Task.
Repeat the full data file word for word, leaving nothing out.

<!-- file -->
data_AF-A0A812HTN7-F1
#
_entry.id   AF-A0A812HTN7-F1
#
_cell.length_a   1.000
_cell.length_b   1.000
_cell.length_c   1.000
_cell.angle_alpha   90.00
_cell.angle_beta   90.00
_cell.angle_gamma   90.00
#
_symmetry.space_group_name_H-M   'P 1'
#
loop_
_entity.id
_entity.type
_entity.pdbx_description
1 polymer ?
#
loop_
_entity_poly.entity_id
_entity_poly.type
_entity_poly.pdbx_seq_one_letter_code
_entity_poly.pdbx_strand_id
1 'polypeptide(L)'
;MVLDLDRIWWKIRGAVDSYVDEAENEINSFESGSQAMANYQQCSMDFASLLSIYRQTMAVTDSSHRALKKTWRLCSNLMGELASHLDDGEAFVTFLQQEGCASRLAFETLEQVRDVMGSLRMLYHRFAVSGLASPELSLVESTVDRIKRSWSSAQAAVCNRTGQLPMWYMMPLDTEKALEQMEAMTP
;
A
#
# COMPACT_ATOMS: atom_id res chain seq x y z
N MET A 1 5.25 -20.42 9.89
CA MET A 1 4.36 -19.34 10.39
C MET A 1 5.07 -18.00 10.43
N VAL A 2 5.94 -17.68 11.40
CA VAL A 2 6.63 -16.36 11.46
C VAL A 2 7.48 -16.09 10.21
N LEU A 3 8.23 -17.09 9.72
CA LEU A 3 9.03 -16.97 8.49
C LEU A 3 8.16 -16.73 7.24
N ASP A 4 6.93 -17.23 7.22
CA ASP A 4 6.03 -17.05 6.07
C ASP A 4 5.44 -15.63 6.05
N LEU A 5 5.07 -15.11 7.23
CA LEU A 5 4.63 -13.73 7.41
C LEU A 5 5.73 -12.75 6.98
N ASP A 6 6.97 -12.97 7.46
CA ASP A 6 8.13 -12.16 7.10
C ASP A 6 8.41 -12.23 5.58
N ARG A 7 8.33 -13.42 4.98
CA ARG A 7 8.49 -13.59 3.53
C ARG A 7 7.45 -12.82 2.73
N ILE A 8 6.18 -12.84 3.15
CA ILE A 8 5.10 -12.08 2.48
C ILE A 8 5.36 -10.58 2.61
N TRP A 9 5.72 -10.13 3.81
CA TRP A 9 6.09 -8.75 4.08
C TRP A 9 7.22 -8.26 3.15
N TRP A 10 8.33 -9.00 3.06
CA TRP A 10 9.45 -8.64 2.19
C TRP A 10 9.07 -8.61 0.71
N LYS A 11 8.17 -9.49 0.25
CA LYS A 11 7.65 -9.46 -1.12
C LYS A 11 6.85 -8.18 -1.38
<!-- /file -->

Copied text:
data_AF-A0A812HTN7-F1
#
_entry.id   AF-A0A812HTN7-F1
#
_cell.length_a   1.000
_cell.length_b   1.000
_cell.length_c   1.000
_cell.angle_alpha   90.00
_cell.angle_beta   90.00
_cell.angle_gamma   90.00
#
_symmetry.space_group_name_H-M   'P 1'
#
loop_
_entity.id
_entity.type
_entity.pdbx_description
1 polymer ?
#
loop_
_entity_poly.entity_id
_entity_poly.type
_entity_poly.pdbx_seq_one_letter_code
_entity_poly.pdbx_strand_id
1 'polypeptide(L)'
;MVLDLDRIWWKIRGAVDSYVDEAENEINSFESGSQAMANYQQCSMDFASLLSIYRQTMAVTDSSHRALKKTWRLCSNLMGELASHLDDGEAFVTFLQQEGCASRLAFETLEQVRDVMGSLRMLYHRFAVSGLASPELSLVESTVDRIKRSWSSAQAAVCNRTGQLPMWYMMPLDTEKALEQMEAMTP
;
A
#
# COMPACT_ATOMS: atom_id res chain seq x y z
N MET A 1 5.25 -20.42 9.89
CA MET A 1 4.36 -19.34 10.39
C MET A 1 5.07 -18.00 10.43
N VAL A 2 5.94 -17.68 11.40
CA VAL A 2 6.63 -16.36 11.46
C VAL A 2 7.48 -16.09 10.21
N LEU A 3 8.23 -17.09 9.72
CA LEU A 3 9.03 -16.97 8.49
C LEU A 3 8.16 -16.73 7.24
N ASP A 4 6.93 -17.23 7.22
CA ASP A 4 6.03 -17.05 6.07
C ASP A 4 5.44 -15.63 6.05
N LEU A 5 5.07 -15.11 7.23
CA LEU A 5 4.63 -13.73 7.41
C LEU A 5 5.73 -12.75 6.98
N ASP A 6 6.97 -12.97 7.46
CA ASP A 6 8.13 -12.16 7.10
C ASP A 6 8.41 -12.23 5.58
N ARG A 7 8.33 -13.42 4.98
CA ARG A 7 8.49 -13.59 3.53
C ARG A 7 7.45 -12.82 2.73
N ILE A 8 6.18 -12.84 3.15
CA ILE A 8 5.10 -12.08 2.48
C ILE A 8 5.36 -10.58 2.61
N TRP A 9 5.72 -10.13 3.81
CA TRP A 9 6.09 -8.75 4.08
C TRP A 9 7.22 -8.26 3.15
N TRP A 10 8.33 -9.00 3.06
CA TRP A 10 9.45 -8.64 2.19
C TRP A 10 9.07 -8.61 0.71
N LYS A 11 8.17 -9.49 0.25
CA LYS A 11 7.65 -9.46 -1.12
C LYS A 11 6.85 -8.18 -1.38